By Sabrina Guilbeault ’18
It’s 12:37 a.m. and honors student Caitlin Shanley ’18 is sitting cross-legged on a large gray rug in her apartment in DiTraglia Hall, where readings and the syllabus for a new class just for freshmen are spread out in front of her.
Shanley is one of a select few leaders on campus who were asked to be a teacher’s assistant for Engaging PC, a course designed to help students in their “intellectual, social, and emotional adjustment to college.” A pilot version of the class ran last year, and this is the first year in which current Providence College students are serving as peer mentors for the course.
“I guess my purpose is to be a leader,” said Shanley. “I can do this by providing insight and support both leading by example, and also offering myself as a companion to help someone navigate through their time here.” Shanley’s team includes Brigid McGrath ’20, who was part of the pilot program last year, Dr. Dana Dillon, professor of theology, and Kristine Goodwin, vice president of student affairs.
“So far we’ve talked about what is the value of a liberal arts education, and what it means to learn in a liberal arts school,” said Shanley, explaining that there are pros and cons of a liberal arts education. “We’ve talked about who we are as learners, and how to be better learners.”
The class, which will cover everything from time management to something as concrete as how to register for classes, has given Shanley a chance to reflect on her time at the College.
Born and raised in Saratoga, New York, Shanley thoughtfully described her PC experience, stressing that it has not always been easy. “The hardest part about being a PC student is feeling like so many people are having such fantastic experiences at PC,” she said. “They love the school, and they love their lives and sometimes when you aren’t having such a fantastic experience yourself, you don’t feel like you are fully part of the ‘Friar Family.’”
Yet if anyone was part of the “Friar Family” one would it expect it to be Shanley, considering she is closely related to President Fr. Brian Shanley, O.P. ’80.
“It has been truly a blessing and a curse,” Shanley said. “I value even just having family nearby, and I have been able to develop a relationship with him that I would never have been able to otherwise.” She explained that on the flip side, there have been some instances where she was hesitant to even say her last name, because she feared how people would perceive it.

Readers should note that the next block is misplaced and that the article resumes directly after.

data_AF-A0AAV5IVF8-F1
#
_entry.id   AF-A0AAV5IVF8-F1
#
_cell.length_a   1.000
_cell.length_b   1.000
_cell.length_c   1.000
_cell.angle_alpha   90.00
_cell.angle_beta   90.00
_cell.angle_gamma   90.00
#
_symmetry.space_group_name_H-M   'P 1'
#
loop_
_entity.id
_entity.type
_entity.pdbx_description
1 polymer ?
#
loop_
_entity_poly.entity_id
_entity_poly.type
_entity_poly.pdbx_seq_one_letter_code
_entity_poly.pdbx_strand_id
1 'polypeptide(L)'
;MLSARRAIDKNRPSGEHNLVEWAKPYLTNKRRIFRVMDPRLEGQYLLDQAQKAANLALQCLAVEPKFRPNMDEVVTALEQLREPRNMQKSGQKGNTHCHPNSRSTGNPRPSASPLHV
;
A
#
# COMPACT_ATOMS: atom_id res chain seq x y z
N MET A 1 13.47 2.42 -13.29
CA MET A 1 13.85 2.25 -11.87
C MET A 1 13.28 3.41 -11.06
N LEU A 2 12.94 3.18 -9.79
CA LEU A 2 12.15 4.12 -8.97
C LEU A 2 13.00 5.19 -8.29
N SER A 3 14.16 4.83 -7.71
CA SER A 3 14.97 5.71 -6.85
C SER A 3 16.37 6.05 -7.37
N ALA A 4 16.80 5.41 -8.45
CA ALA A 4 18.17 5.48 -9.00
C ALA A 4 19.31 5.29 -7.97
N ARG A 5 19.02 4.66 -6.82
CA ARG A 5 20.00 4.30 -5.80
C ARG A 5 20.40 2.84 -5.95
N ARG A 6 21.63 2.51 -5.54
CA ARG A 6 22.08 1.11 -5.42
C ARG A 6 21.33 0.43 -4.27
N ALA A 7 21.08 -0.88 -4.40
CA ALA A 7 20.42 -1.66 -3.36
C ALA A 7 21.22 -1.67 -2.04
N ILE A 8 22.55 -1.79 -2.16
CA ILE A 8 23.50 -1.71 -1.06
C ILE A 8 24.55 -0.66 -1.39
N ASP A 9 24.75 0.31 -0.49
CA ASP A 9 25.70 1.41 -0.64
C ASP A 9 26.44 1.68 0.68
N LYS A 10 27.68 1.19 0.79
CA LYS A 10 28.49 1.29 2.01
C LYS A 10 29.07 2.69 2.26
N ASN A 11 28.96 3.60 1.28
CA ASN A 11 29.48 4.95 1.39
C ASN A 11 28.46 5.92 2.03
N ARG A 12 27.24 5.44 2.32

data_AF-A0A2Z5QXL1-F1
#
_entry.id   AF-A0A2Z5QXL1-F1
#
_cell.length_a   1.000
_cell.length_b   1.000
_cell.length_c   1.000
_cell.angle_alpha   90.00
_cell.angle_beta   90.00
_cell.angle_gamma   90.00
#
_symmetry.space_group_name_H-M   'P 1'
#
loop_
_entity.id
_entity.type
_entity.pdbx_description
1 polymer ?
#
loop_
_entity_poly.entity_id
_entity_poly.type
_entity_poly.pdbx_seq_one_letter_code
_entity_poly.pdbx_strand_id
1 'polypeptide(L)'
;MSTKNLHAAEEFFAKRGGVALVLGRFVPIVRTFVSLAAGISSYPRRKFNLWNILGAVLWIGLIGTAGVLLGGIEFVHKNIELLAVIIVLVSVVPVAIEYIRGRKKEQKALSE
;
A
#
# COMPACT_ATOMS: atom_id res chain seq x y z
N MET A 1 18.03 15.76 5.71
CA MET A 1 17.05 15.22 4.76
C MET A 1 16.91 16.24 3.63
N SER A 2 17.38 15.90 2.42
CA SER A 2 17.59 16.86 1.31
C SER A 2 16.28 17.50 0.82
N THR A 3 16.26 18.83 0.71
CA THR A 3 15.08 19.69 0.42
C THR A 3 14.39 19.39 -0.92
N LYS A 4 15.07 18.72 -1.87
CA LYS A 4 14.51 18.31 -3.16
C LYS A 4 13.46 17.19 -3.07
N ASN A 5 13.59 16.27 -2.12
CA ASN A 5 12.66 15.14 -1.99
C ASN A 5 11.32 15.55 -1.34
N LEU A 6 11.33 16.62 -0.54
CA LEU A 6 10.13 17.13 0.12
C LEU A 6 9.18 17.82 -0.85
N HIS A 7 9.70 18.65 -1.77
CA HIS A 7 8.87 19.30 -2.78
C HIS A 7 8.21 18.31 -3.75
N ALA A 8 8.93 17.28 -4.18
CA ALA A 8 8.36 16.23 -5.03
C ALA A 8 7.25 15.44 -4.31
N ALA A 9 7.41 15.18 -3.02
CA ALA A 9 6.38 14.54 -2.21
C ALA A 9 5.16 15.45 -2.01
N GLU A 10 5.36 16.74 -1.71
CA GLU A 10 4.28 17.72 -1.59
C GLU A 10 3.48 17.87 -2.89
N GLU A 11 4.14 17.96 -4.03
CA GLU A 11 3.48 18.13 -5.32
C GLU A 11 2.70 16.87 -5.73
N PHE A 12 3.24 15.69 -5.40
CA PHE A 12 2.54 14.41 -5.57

“It has not impacted my experience at PC as much as I thought it would,” she said. Shanley then looked back and laughed about times during her freshman and sophomore year where she would get late night texts from random numbers or people she did not know closely who would ask if she had any inside scoop on the possibility of a snow day. “It’s funny because [Fr. Shanley] doesn’t even make the call, it’s the provost that decides that!” she exclaimed.
A psychology major and French minor, Shanley is on the executive board of Women Will, and is also an active participant of the Vagina Monologues, a performance that takes place off campus each year and is completely unconnected to the school, but driven entirely by PC students.
On Women Will, Shanley said, “It’s a community of empowered, thoughtful women who are willing to discuss life’s hardest topics.” She then explained that after seeing the Vagina Monologues her freshman year at the Avon Theater, she was totally captivated and wanted to be part of it. “I believed in the mission, and wanted theater to be part of my life,” she said, as someone who was once very involved with theater in high school.
Carolyn Grandits ’18 who has roomed with Shanley since freshman year, explained that since the beginning, she knew they would be great friends. “We had a lot of things in common, and she had a huge heart,” she said. As Shanley walked into the room, Grandits began telling the tale of when they joined the Outdoor Adventure Club on a whitewater rafting trip, which resulted in a fit of giggles.
Last fall, Shanley studied abroad in Ireland, and stated that her time there was probably the best thing that has happened to her while she was at PC. “I think personal growth is something people talk about a lot, but it is a really abstract and highbrow concept,” she explained. “I never knew what it meant until I had the opportunity to go abroad, and saw my world view and self-view mature.”
She went on to explain that it was there that she began to consider what role she wants in this world, and what she cares about when all the superficial stuff is washed away. “When you study abroad you have to grapple with your own thoughts and get to know yourself better,” she said.
An orientation leader, Shanley explained she is grateful for the opportunity to work with more first year students through this class. “I’m feeling very protective of my freshmen year self,” she said with a laugh. “College is going to be a lesson in resilience, and struggle does not mean failure. It has been such a struggle, but it’s been all about building relationships, and its been personal connection that has fed my soul.